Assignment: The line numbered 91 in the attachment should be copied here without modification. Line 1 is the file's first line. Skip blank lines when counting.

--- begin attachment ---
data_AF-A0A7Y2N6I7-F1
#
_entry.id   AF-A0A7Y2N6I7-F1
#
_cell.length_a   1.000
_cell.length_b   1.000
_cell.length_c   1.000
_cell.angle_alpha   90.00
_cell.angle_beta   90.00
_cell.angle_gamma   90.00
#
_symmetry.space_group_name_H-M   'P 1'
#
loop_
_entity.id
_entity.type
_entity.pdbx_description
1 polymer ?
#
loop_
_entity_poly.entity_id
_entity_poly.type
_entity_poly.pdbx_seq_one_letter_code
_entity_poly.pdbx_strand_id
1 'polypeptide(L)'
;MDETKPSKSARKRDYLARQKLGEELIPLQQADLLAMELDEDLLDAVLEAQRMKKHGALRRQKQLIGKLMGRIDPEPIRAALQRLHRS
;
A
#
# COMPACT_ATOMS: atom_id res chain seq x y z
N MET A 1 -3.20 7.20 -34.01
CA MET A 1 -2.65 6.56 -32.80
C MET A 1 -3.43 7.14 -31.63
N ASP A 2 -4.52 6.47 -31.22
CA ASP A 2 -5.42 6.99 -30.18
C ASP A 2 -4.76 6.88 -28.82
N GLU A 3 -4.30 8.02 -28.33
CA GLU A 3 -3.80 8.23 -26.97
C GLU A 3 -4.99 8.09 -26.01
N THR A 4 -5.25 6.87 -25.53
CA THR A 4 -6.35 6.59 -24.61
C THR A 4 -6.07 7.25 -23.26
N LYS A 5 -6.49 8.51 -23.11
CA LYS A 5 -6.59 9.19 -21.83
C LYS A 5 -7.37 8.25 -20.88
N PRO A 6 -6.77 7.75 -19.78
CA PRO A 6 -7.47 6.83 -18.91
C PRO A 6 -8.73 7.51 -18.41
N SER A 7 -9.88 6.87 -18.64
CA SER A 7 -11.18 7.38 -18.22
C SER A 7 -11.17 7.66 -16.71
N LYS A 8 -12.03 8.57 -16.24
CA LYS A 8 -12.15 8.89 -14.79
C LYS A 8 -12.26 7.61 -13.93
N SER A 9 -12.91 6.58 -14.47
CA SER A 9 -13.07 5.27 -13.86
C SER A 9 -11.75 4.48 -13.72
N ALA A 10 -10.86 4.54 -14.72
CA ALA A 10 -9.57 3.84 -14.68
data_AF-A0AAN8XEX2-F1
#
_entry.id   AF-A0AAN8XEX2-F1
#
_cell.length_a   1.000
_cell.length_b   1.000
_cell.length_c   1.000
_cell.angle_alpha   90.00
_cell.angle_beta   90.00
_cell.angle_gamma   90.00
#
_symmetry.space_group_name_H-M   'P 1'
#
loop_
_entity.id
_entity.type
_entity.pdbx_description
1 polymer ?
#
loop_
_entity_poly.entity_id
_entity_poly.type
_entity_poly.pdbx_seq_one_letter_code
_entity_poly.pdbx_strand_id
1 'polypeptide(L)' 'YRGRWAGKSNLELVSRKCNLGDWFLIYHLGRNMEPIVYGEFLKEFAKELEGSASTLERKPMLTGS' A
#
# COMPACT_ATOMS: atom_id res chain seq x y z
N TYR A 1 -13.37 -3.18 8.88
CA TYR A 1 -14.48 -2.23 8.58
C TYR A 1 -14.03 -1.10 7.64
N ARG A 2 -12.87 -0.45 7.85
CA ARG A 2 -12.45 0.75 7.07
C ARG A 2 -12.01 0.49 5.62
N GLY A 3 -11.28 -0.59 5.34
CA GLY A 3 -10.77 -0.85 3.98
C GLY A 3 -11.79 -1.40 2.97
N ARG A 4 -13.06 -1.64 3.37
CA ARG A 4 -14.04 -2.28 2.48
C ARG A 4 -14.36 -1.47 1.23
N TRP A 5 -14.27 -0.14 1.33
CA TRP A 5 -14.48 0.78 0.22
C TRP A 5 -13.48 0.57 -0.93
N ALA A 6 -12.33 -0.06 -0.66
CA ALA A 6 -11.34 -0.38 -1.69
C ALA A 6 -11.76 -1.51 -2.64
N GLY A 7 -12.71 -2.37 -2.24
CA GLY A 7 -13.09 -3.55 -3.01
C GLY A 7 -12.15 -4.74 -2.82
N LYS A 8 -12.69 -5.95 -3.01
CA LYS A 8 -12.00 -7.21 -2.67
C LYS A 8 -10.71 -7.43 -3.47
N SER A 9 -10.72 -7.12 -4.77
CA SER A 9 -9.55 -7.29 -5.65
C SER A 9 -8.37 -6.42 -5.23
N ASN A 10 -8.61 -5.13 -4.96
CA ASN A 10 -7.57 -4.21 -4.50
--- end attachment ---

CA ARG A 2 -12.45 0.75 7.07